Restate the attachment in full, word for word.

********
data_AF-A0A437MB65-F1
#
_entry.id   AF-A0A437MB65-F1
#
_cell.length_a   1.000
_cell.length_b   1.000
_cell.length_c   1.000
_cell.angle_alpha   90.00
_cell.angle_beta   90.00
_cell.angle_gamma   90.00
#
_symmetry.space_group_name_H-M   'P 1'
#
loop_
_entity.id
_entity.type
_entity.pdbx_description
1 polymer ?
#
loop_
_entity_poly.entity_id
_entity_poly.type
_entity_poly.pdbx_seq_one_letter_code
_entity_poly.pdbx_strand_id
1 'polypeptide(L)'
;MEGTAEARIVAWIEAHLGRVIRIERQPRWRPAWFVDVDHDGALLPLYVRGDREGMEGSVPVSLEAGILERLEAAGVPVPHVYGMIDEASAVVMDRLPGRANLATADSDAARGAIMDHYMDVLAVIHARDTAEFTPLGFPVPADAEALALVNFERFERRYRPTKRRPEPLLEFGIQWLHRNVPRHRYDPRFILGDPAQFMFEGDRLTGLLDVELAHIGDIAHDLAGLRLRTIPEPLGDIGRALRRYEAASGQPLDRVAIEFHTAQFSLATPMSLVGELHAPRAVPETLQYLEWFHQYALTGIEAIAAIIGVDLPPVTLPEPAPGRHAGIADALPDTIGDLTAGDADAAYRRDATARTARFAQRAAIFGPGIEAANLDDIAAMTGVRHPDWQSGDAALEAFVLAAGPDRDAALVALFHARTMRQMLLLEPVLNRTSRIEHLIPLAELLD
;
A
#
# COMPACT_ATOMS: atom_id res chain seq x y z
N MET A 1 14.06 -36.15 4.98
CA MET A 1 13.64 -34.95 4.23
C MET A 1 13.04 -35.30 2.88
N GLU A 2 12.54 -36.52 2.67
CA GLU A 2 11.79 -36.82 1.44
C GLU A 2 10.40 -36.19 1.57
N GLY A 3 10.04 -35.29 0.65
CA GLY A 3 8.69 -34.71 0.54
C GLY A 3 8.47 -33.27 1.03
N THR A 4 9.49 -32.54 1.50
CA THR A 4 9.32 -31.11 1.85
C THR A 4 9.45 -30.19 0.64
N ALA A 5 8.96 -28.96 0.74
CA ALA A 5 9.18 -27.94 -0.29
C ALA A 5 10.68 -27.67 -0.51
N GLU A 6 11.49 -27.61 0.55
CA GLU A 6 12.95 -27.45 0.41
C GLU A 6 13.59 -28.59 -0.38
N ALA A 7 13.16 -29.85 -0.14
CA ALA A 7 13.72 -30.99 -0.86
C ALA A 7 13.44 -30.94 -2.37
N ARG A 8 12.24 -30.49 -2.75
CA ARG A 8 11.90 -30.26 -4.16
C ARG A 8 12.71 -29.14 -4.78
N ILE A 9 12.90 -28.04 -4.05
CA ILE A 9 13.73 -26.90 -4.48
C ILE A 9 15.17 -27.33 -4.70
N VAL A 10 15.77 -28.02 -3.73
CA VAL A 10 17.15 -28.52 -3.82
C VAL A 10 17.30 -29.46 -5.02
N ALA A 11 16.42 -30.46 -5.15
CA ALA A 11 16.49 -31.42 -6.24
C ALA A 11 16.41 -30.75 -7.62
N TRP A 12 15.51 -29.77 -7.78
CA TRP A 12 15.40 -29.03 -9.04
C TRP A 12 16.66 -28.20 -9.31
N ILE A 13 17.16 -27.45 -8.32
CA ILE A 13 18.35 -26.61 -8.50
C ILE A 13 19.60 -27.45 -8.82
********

data_AF-A0A437MB65-F1
#
_entry.id   AF-A0A437MB65-F1
#
_cell.length_a   1.000
_cell.length_b   1.000
_cell.length_c   1.000
_cell.angle_alpha   90.00
_cell.angle_beta   90.00
_cell.angle_gamma   90.00
#
_symmetry.space_group_name_H-M   'P 1'
#
loop_
_entity.id
_entity.type
_entity.pdbx_description
1 polymer ?
#
loop_
_entity_poly.entity_id
_entity_poly.type
_entity_poly.pdbx_seq_one_letter_code
_entity_poly.pdbx_strand_id
1 'polypeptide(L)'
;MEGTAEARIVAWIEAHLGRVIRIERQPRWRPAWFVDVDHDGALLPLYVRGDREGMEGSVPVSLEAGILERLEAAGVPVPHVYGMIDEASAVVMDRLPGRANLATADSDAARGAIMDHYMDVLAVIHARDTAEFTPLGFPVPADAEALALVNFERFERRYRPTKRRPEPLLEFGIQWLHRNVPRHRYDPRFILGDPAQFMFEGDRLTGLLDVELAHIGDIAHDLAGLRLRTIPEPLGDIGRALRRYEAASGQPLDRVAIEFHTAQFSLATPMSLVGELHAPRAVPETLQYLEWFHQYALTGIEAIAAIIGVDLPPVTLPEPAPGRHAGIADALPDTIGDLTAGDADAAYRRDATARTARFAQRAAIFGPGIEAANLDDIAAMTGVRHPDWQSGDAALEAFVLAAGPDRDAALVALFHARTMRQMLLLEPVLNRTSRIEHLIPLAELLD
;
A
#
# COMPACT_ATOMS: atom_id res chain seq x y z
N MET A 1 14.06 -36.15 4.98
CA MET A 1 13.64 -34.95 4.23
C MET A 1 13.04 -35.30 2.88
N GLU A 2 12.54 -36.52 2.67
CA GLU A 2 11.79 -36.82 1.44
C GLU A 2 10.40 -36.19 1.57
N GLY A 3 10.04 -35.29 0.65
CA GLY A 3 8.69 -34.71 0.54
C GLY A 3 8.47 -33.27 1.03
N THR A 4 9.49 -32.54 1.50
CA THR A 4 9.32 -31.11 1.85
C THR A 4 9.45 -30.19 0.64
N ALA A 5 8.96 -28.96 0.74
CA ALA A 5 9.18 -27.94 -0.29
C ALA A 5 10.68 -27.67 -0.51
N GLU A 6 11.49 -27.61 0.55
CA GLU A 6 12.95 -27.45 0.41
C GLU A 6 13.59 -28.59 -0.38
N ALA A 7 13.16 -29.85 -0.14
CA ALA A 7 13.72 -30.99 -0.86
C ALA A 7 13.44 -30.94 -2.37
N ARG A 8 12.24 -30.49 -2.75
CA ARG A 8 11.90 -30.26 -4.16
C ARG A 8 12.71 -29.14 -4.78
N ILE A 9 12.90 -28.04 -4.05
CA ILE A 9 13.73 -26.90 -4.48
C ILE A 9 15.17 -27.33 -4.70
N VAL A 10 15.77 -28.02 -3.73
CA VAL A 10 17.15 -28.52 -3.82
C VAL A 10 17.30 -29.46 -5.02
N ALA A 11 16.42 -30.46 -5.15
CA ALA A 11 16.49 -31.42 -6.24
C ALA A 11 16.41 -30.75 -7.62
N TRP A 12 15.51 -29.77 -7.78
CA TRP A 12 15.40 -29.03 -9.04
C TRP A 12 16.66 -28.20 -9.31
N ILE A 13 17.16 -27.45 -8.32
CA ILE A 13 18.35 -26.61 -8.50
C ILE A 13 19.60 -27.45 -8.82